In the Human Memory and Amnesia neuroscience Lab we have a particular focus on studying both memory behaviour and the brain structures, such as the medial temporal lobes (MTL) that support these memory processes.
A major focus of HuMAn is on recognition memory which is that form of memory enabling us to discriminate what is old (or learned) and what is new (and thus may require learning) in our everyday life. We are interested in how we carry out this discrimination and what factors influence our performance as well as what parts of the brain allow us to discriminate old from new information. For example, the MTL which includes structures called the hippocampus, perirhinal cortex and parahippocampal cortex, are known to play a critical role in personal event and fact memory.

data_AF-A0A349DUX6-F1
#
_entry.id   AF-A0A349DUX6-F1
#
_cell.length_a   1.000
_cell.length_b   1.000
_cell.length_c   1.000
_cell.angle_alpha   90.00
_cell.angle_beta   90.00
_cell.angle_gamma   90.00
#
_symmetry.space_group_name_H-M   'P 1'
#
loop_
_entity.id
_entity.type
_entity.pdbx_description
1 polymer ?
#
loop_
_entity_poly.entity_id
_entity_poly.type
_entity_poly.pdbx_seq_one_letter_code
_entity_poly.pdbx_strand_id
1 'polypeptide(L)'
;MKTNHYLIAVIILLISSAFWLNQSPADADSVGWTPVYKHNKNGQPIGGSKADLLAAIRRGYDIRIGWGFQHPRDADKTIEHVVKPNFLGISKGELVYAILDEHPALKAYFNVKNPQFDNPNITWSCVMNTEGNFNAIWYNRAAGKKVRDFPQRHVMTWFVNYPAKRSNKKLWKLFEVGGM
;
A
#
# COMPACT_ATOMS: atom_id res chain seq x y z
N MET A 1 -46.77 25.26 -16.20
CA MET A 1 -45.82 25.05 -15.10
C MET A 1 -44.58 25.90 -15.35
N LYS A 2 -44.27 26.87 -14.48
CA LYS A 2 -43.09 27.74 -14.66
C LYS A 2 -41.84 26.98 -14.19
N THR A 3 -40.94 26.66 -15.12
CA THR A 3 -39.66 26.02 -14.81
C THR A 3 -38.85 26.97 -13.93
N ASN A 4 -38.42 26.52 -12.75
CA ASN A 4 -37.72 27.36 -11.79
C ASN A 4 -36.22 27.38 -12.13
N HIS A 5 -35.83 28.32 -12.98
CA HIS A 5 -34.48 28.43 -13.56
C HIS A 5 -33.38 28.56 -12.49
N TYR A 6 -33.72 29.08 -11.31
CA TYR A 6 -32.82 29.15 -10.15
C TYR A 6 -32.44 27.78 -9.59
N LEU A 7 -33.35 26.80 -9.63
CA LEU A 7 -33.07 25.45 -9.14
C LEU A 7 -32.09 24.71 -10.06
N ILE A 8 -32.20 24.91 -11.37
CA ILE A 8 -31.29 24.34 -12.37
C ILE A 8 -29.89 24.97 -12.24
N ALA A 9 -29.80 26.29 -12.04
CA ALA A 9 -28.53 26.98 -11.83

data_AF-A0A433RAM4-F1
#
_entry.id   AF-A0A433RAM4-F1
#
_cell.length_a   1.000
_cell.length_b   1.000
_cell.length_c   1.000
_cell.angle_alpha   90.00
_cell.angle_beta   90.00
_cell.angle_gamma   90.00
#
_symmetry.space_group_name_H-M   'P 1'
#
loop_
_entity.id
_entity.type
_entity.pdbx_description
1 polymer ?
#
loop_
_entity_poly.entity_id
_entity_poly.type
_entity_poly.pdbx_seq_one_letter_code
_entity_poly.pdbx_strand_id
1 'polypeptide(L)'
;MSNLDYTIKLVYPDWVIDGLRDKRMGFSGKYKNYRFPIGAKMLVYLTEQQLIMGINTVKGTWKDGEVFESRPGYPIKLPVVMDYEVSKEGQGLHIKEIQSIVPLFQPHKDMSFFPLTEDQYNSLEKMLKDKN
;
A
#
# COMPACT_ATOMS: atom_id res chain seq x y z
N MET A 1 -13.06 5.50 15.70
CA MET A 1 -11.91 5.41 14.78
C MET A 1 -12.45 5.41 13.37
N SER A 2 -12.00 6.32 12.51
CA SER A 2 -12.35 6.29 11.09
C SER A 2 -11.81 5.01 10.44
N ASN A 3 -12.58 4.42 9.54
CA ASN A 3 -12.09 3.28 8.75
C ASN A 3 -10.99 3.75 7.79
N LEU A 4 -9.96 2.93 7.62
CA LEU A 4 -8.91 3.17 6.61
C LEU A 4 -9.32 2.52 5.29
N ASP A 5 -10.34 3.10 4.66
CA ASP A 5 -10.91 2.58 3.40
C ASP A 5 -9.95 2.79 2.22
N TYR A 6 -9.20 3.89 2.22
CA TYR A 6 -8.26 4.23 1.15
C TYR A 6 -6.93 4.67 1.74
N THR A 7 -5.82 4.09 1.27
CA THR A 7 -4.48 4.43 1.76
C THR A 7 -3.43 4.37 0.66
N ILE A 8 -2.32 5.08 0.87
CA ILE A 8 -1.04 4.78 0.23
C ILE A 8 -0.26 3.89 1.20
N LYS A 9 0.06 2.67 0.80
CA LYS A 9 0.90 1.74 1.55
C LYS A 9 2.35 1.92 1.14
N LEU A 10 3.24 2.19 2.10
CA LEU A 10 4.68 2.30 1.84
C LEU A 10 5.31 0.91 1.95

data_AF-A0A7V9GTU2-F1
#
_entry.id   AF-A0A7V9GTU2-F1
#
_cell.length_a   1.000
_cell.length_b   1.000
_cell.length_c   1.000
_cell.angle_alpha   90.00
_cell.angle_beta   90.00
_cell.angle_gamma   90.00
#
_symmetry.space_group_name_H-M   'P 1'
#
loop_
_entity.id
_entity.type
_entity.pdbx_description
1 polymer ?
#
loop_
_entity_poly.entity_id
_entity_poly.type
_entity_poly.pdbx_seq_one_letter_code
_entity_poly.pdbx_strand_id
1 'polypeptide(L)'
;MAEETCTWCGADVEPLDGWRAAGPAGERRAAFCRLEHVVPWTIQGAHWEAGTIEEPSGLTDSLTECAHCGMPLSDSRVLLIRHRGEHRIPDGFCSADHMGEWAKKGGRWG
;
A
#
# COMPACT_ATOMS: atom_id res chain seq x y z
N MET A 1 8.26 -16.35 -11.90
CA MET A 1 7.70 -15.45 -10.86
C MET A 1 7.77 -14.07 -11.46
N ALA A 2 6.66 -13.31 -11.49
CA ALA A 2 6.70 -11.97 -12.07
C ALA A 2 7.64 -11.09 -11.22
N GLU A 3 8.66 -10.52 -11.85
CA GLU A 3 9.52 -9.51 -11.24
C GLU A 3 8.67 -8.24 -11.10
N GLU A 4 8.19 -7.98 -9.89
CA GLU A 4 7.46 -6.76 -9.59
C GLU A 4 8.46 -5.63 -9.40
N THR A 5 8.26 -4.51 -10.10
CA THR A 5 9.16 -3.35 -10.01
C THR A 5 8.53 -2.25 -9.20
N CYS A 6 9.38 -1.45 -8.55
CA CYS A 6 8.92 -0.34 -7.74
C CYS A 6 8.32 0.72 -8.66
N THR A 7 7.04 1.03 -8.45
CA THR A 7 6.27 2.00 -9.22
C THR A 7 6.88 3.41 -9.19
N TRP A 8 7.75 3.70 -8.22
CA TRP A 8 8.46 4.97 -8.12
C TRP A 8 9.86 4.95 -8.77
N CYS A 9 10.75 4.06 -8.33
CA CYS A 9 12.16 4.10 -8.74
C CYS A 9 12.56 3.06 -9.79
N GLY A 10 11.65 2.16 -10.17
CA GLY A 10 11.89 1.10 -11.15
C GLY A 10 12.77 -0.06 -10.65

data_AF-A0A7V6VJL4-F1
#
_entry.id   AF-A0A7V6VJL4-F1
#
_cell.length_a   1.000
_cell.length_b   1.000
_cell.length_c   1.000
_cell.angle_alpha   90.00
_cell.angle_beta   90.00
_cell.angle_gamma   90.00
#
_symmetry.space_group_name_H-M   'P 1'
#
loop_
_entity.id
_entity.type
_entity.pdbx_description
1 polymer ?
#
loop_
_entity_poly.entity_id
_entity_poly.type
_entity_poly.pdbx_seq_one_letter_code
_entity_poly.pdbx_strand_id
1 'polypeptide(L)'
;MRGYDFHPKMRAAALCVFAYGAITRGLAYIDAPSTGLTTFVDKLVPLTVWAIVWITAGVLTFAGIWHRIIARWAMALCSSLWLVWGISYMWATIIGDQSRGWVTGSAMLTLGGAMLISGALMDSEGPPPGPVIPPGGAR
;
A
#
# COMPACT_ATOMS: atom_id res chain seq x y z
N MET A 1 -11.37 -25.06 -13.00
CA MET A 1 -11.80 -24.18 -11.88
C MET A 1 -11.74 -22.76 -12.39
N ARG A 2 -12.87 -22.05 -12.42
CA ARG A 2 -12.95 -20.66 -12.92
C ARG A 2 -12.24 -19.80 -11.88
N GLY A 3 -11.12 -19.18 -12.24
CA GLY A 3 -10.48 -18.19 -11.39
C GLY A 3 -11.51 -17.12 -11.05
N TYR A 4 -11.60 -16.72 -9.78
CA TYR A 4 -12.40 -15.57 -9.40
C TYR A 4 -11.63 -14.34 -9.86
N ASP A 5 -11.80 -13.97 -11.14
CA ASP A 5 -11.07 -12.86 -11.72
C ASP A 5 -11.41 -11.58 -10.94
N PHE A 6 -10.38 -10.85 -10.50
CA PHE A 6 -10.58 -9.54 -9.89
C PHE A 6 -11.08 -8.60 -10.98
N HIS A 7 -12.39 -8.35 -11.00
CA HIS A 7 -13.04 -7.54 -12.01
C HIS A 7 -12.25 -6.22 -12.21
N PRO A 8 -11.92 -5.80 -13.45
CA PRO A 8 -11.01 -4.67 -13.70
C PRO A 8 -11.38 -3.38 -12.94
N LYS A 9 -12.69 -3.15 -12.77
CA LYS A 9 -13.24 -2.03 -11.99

Damage to these structures is linked to a number of disorders including amnesia and the dementias (e.g., Alzheimers disease) as well as other memory disorders. In general, dysfunction to the system supporting recognition memory may have devastating effects on the ability to learn new information about everyday events and our ability to accurately retrieve information from the past.
In our studies we employ:
- Behavioural experiments of memory
- Eye movements and pupillometry
- Structural Magnetic Resonance Imaging (MRI)
- Functional Magnetic Resonance Imaging (fMRI)
- Neuropsychological testing of clinical populations